Les D
thanks les,as always love your reports.......i have one problem and it has been explained to me but i can't get my head around it p.a....and i use my sct and get completely confused which way to go to obtain that angle..
Reply With Quote
  #6  
Old 09-01-2012, 04:13 PM
ngcles's Avatar
ngcles
The Observologist

ngcles is offline
 
Join Date: Dec 2006
Location: Billimari, NSW Central West
Posts: 1,569
Position Angle

Hi Peter,

P.A (or position angle) is the number of degrees east of north the secondary star is from the primary. So PA 90 is due east, PA 180 is due south and PA 270 is due W.

So the distance in arc-seconds describes the size of the gap between the stars and PA describes the direction from the primary (brighter) and the secondary.

I don't know how you 'scope is mounted (eq of alt-az) but if it is an equatorial (assuming it is roughly aligned at least), your drive motors will move the 'scope in those 4 directions -- NSEW, so you can then estimate the PA. This of course is a bit trickier in an SCT used with a star diagonal and leaves you with a mirror-reversed image, but it can be done. It is harder still if the 'scope is mounted alt-az and its directions of motion don't line up with the cardinal directions. The best you can do (as you look through the ep) is to push it directly as possible toward the SCP. The direction new stars enter the field of view is approximately south and you can work the other directions out from there (taking into account the orientation of the view ie Mirror reversed, inverted, bot, etc etc.).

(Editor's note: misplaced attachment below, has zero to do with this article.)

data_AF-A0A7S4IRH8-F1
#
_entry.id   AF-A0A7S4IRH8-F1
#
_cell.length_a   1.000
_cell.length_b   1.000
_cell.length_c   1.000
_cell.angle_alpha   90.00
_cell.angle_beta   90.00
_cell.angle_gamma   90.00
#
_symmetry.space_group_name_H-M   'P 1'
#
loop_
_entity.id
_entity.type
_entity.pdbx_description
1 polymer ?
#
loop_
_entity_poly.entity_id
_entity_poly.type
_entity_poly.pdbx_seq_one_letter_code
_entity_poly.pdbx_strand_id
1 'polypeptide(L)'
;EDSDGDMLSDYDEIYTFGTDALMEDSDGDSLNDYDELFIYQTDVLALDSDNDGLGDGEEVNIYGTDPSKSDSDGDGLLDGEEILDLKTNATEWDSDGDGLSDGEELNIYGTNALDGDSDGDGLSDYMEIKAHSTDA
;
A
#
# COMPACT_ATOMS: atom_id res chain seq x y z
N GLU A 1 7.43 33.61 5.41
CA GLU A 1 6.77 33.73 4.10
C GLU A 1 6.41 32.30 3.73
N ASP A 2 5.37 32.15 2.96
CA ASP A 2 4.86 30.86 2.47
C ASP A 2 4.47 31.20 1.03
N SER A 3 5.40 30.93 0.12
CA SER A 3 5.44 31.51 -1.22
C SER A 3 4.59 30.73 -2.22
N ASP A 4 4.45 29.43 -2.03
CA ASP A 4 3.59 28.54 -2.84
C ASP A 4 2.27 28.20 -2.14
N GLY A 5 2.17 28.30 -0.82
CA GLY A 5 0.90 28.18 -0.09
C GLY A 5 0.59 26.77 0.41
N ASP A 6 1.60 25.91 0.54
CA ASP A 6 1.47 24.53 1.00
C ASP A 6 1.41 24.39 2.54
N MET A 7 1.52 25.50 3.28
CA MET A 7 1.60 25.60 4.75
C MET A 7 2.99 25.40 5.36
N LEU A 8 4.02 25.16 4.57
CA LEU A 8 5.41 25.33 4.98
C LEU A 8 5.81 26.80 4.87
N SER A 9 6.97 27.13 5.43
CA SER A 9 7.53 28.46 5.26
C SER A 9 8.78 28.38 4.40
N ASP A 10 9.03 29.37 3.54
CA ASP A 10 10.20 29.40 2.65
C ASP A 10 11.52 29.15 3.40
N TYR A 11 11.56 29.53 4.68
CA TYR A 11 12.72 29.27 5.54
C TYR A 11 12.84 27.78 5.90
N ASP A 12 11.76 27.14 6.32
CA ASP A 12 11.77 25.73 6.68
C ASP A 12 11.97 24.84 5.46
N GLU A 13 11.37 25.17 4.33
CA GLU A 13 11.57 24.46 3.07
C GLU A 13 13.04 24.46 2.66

For extended objects like a galaxy, we only use the PA degrees between 0 and 179. A galaxy in PA 0 is lengthened (ie the major axis is elongated) exactly north-south. PA 45 is northeast-southwest, PA 90 is east-west etc etc. Obviously enough the angles between 179 and 359 are redundant and so not used.

Hope this helps.

Best,

Les D
Reply With Quote
  #7  
Old 10-01-2012, 03:47 PM
mozzie's Avatar
mozzie (Peter)
Registered User

mozzie is offline
 
Join Date: Mar 2007
Location: moonee beach
Posts: 2,179
thanks les

yes as you said it's harder with a sct in alt/az,that's me.....
i do try to use this p.a. as there is a close pair i would like to split.knowing where to look i conjunction with the brighter star and using the p.a to help me.
Reply With Quote
  #8  
Old 11-01-2012, 11:42 AM
blink138's Avatar
blink138 (Pat)
Registered User

blink138 is offline
 
Join Date: Aug 2009
Location: perth w.a.
Posts: 2,226
hello members just a quick one as there is a similar post on splitting sirius, for the first time at last new moon at christmas i saw rigel split... i honestly could not take my eyes off it
the massive glare of rigel then the tiniest bit of space and a tiny blue companion
what a contrast it was and i thought i wouldnt want to be on a planet orbiting the dwarf!
pat
Reply With Quote
Reply

Bookmarks

Thread Tools
Rate This Thread
Rate This Thread:

Posting Rules
You may not post new threads
You may not post replies
You may not post attachments
You may not edit your posts

BB code is On
Smilies are On
[IMG] code is On
HTML code is Off

Forum Jump


All times are GMT +10. The time is now 05:08 PM.

Powered by vBulletin Version 3.8.7 | Copyright ©2000 - 2019, Jelsoft Enterprises Ltd.
Advertisement
Celestron Australia
Advertisement
Bintel
Advertisement
OzScopes Authorised Dealer
Advertisement
Meade Australia
Advertisement
NexDome Observatories
Advertisement
Lunatico Astronomical
Advertisement
SkyWatcher Australia
Advertisement
Astronomy and Electronics Centre
Advertisement